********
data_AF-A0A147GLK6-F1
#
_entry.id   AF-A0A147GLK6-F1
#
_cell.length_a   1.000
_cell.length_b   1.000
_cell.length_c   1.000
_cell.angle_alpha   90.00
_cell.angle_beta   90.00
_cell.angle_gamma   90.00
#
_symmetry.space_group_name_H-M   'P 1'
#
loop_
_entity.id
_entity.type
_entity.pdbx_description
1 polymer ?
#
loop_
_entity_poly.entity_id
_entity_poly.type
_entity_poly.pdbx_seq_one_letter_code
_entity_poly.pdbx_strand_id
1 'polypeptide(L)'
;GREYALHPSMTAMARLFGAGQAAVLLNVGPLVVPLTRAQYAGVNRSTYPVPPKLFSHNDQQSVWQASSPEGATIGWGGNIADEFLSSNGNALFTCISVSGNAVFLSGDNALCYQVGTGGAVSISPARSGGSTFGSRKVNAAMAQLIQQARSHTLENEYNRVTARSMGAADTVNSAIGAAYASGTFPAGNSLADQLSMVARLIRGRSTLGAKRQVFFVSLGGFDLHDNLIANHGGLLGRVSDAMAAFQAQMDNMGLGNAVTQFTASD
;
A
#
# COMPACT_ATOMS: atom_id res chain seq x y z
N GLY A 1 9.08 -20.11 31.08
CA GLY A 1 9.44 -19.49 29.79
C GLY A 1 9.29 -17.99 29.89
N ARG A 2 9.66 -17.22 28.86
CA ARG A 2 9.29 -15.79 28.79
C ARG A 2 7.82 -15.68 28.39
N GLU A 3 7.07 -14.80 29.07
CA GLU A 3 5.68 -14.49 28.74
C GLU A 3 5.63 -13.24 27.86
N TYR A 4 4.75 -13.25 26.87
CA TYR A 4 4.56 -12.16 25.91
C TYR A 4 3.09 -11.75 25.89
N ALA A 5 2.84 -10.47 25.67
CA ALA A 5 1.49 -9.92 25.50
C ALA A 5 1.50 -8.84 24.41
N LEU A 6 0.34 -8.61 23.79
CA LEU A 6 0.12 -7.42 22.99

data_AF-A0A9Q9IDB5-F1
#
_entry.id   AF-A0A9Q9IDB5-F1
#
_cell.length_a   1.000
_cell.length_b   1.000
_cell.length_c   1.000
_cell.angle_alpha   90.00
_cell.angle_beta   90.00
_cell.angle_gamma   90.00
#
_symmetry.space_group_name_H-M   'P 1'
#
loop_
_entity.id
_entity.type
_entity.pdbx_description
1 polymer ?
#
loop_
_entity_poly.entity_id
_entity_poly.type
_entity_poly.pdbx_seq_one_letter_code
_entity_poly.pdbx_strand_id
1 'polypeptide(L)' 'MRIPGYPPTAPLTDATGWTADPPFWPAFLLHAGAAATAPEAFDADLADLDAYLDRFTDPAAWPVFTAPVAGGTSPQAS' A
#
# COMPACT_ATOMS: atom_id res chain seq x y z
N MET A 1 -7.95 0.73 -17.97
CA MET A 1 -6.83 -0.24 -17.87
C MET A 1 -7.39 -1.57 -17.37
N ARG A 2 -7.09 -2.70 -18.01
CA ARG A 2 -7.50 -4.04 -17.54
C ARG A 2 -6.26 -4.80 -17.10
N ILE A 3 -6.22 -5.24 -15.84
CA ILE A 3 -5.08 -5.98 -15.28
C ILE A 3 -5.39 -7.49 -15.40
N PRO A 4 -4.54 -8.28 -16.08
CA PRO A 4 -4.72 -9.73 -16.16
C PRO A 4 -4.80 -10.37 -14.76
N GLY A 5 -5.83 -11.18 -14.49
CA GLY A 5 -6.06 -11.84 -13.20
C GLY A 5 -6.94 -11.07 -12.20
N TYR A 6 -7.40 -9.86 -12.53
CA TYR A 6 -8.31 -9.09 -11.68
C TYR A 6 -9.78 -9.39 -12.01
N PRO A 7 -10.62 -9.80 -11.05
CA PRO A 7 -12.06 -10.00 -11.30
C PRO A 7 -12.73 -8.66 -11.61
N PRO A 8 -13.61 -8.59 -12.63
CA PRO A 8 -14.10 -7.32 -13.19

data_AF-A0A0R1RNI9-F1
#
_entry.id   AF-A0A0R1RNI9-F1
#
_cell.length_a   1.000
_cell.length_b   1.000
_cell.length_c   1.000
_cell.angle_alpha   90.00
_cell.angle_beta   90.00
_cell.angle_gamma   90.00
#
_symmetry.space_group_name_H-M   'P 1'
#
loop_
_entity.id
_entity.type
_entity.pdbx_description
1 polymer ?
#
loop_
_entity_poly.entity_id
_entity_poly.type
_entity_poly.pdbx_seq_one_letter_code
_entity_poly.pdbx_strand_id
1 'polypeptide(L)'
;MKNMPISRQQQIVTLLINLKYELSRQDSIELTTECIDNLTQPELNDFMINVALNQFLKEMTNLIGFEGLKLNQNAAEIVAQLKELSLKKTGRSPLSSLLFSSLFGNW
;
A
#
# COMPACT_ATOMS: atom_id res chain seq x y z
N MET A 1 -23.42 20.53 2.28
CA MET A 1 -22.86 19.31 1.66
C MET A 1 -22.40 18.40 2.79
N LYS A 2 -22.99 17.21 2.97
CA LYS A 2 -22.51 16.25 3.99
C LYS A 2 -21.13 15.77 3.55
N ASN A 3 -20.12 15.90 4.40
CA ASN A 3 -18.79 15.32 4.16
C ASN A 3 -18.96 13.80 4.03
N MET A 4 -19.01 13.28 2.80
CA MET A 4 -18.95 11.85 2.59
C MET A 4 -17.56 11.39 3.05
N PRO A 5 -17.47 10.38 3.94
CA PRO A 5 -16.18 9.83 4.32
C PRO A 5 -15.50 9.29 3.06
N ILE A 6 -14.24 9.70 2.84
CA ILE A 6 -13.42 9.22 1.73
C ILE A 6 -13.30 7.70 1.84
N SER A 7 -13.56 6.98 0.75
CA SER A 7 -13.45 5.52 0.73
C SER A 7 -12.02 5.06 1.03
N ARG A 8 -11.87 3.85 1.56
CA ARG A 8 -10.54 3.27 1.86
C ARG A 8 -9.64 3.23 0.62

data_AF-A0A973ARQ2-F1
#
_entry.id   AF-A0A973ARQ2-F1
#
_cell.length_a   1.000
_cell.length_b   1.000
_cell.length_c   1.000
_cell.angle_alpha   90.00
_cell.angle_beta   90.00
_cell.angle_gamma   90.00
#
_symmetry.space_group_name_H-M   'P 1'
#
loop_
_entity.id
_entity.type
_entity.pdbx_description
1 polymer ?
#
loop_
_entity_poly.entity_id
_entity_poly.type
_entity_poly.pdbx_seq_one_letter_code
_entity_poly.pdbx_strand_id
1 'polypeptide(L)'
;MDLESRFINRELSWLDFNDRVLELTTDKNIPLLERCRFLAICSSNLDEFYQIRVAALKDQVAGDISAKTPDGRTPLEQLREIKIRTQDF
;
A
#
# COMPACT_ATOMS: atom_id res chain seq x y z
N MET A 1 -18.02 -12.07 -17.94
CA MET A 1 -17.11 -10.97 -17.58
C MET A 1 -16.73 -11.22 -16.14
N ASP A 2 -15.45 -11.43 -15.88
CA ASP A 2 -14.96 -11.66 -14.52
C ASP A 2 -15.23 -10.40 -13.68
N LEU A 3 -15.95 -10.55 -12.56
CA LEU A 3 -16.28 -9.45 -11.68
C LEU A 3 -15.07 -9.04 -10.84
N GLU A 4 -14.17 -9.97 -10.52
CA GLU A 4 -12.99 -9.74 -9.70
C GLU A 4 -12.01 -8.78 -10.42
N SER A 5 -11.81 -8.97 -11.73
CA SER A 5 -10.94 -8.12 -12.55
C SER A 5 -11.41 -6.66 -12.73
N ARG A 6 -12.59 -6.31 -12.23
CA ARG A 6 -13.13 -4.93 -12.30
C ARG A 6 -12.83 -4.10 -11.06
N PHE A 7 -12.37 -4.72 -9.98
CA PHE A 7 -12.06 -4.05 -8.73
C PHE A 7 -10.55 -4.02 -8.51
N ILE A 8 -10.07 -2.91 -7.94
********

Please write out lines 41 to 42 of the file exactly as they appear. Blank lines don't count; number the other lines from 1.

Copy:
CA TYR A 4 4.56 -12.16 25.91
C TYR A 4 3.09 -11.75 25.89